-3
$\begingroup$

My question concerns an ambiguity in the wikipedia article about Put Call Parity.
In the first sentence: "In financial mathematics, put–call parity defines a relationship between the price of a European call option and European put option, both with the identical strike price and expiry, namely that a portfolio of a long call option and a short put option is equivalent to (and hence has the same value as) a single forward contract at this strike price and expiry."
is about a "short" put option which means that we have the obligation to sell the put but in the derivation a long put is used, i.e. a put with payoff profile $(K - S_T, 0)^+$. But a short put would be actually $K-S_T \in \mathbb{R}$ if the option gets exercised.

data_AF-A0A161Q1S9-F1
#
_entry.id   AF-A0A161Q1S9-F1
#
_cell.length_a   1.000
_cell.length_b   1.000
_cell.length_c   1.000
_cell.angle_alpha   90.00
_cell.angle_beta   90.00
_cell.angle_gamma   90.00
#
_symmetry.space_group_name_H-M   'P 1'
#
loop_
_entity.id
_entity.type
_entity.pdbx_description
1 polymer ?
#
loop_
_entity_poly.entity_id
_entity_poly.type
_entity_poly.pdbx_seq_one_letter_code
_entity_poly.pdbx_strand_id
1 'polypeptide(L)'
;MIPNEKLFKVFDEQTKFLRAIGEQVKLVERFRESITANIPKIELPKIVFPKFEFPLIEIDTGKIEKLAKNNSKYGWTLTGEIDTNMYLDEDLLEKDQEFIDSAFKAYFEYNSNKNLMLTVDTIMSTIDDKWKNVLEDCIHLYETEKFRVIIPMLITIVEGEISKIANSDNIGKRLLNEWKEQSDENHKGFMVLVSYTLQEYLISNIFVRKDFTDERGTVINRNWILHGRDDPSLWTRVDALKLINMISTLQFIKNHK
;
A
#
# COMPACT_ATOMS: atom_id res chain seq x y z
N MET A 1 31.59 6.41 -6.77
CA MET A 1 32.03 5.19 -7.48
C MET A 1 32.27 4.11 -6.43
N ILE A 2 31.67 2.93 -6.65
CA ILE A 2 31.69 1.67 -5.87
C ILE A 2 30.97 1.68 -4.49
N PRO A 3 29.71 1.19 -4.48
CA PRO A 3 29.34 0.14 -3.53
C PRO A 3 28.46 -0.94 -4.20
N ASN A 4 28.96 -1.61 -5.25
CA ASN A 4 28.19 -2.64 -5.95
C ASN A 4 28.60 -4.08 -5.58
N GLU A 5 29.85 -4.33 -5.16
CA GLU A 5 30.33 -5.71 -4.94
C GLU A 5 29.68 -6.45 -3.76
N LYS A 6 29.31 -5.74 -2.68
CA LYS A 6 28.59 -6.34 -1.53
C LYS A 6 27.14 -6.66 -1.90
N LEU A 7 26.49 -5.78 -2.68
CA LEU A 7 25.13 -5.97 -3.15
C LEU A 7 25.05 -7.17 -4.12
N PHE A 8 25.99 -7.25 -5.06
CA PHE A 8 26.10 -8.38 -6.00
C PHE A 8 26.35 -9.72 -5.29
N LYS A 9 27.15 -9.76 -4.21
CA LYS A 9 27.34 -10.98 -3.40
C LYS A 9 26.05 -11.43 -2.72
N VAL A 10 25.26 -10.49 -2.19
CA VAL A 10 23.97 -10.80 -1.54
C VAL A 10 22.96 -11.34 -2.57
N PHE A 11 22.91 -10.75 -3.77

Edit: My question concerns the definition of "short put". In http://www.investopedia.com/terms/s/short-put.asp it is definied as the obligation to sell and then its not the payoff: $-(K-S_T)^+$?

$\endgroup$

closed as off-topic by LocalVolatility, amdopt, msitt, zer0hedge, olaker Jun 14 '17 at 18:00

This question appears to be off-topic. The users who voted to close gave this specific reason:

  • "Basic financial questions are off-topic as they are assumed to be common knowledge for those studying or working in the field of quantitative finance." – LocalVolatility, amdopt, msitt, zer0hedge, olaker
If this question can be reworded to fit the rules in the help center, please edit the question.

  • $\begingroup$ You don't "have the obligation to sell the put", you have already sold it so now your payoff is the negative of the payoff of a put. $\endgroup$ – noob2 May 31 '17 at 13:32
2
$\begingroup$

Being short a put simply means that you have sold the put, hence its payoff is from your point of view $-(K - S_T)^+$. When your are long a call and short a put your total payoff is $(S_T - K)^+ -(K - S_T)^+ = S_T - K$, hence the call/put parity.

$\endgroup$

Not the answer you're looking for? Browse other questions tagged or ask your own question.